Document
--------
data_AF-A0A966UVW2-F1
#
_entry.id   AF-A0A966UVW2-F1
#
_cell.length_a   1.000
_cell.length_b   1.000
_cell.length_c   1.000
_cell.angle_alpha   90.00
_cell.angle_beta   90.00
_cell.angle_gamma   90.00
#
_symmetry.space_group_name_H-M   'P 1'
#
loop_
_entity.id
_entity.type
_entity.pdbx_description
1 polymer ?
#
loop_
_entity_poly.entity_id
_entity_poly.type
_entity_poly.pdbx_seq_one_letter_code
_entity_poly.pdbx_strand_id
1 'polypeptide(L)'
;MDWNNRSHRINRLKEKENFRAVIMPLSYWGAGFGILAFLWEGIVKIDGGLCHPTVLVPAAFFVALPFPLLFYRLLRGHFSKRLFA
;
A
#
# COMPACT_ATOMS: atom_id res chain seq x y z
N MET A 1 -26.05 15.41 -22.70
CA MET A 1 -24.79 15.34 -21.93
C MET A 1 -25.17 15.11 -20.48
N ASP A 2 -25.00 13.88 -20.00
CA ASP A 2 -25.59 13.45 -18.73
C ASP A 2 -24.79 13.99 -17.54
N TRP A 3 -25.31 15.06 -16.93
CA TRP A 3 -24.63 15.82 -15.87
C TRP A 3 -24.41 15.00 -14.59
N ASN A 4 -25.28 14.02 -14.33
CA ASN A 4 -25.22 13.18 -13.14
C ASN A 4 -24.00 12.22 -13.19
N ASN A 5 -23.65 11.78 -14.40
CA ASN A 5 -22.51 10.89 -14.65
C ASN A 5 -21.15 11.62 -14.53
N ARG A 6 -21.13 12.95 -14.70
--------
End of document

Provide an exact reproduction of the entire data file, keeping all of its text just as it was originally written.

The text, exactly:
data_AF-A0A966UVW2-F1
#
_entry.id   AF-A0A966UVW2-F1
#
_cell.length_a   1.000
_cell.length_b   1.000
_cell.length_c   1.000
_cell.angle_alpha   90.00
_cell.angle_beta   90.00
_cell.angle_gamma   90.00
#
_symmetry.space_group_name_H-M   'P 1'
#
loop_
_entity.id
_entity.type
_entity.pdbx_description
1 polymer ?
#
loop_
_entity_poly.entity_id
_entity_poly.type
_entity_poly.pdbx_seq_one_letter_code
_entity_poly.pdbx_strand_id
1 'polypeptide(L)'
;MDWNNRSHRINRLKEKENFRAVIMPLSYWGAGFGILAFLWEGIVKIDGGLCHPTVLVPAAFFVALPFPLLFYRLLRGHFSKRLFA
;
A
#
# COMPACT_ATOMS: atom_id res chain seq x y z
N MET A 1 -26.05 15.41 -22.70
CA MET A 1 -24.79 15.34 -21.93
C MET A 1 -25.17 15.11 -20.48
N ASP A 2 -25.00 13.88 -20.00
CA ASP A 2 -25.59 13.45 -18.73
C ASP A 2 -24.79 13.99 -17.54
N TRP A 3 -25.31 15.06 -16.93
CA TRP A 3 -24.63 15.82 -15.87
C TRP A 3 -24.41 15.00 -14.59
N ASN A 4 -25.28 14.02 -14.33
CA ASN A 4 -25.22 13.18 -13.14
C ASN A 4 -24.00 12.22 -13.19
N ASN A 5 -23.65 11.78 -14.40
CA ASN A 5 -22.51 10.89 -14.65
C ASN A 5 -21.15 11.62 -14.53
N ARG A 6 -21.13 12.95 -14.70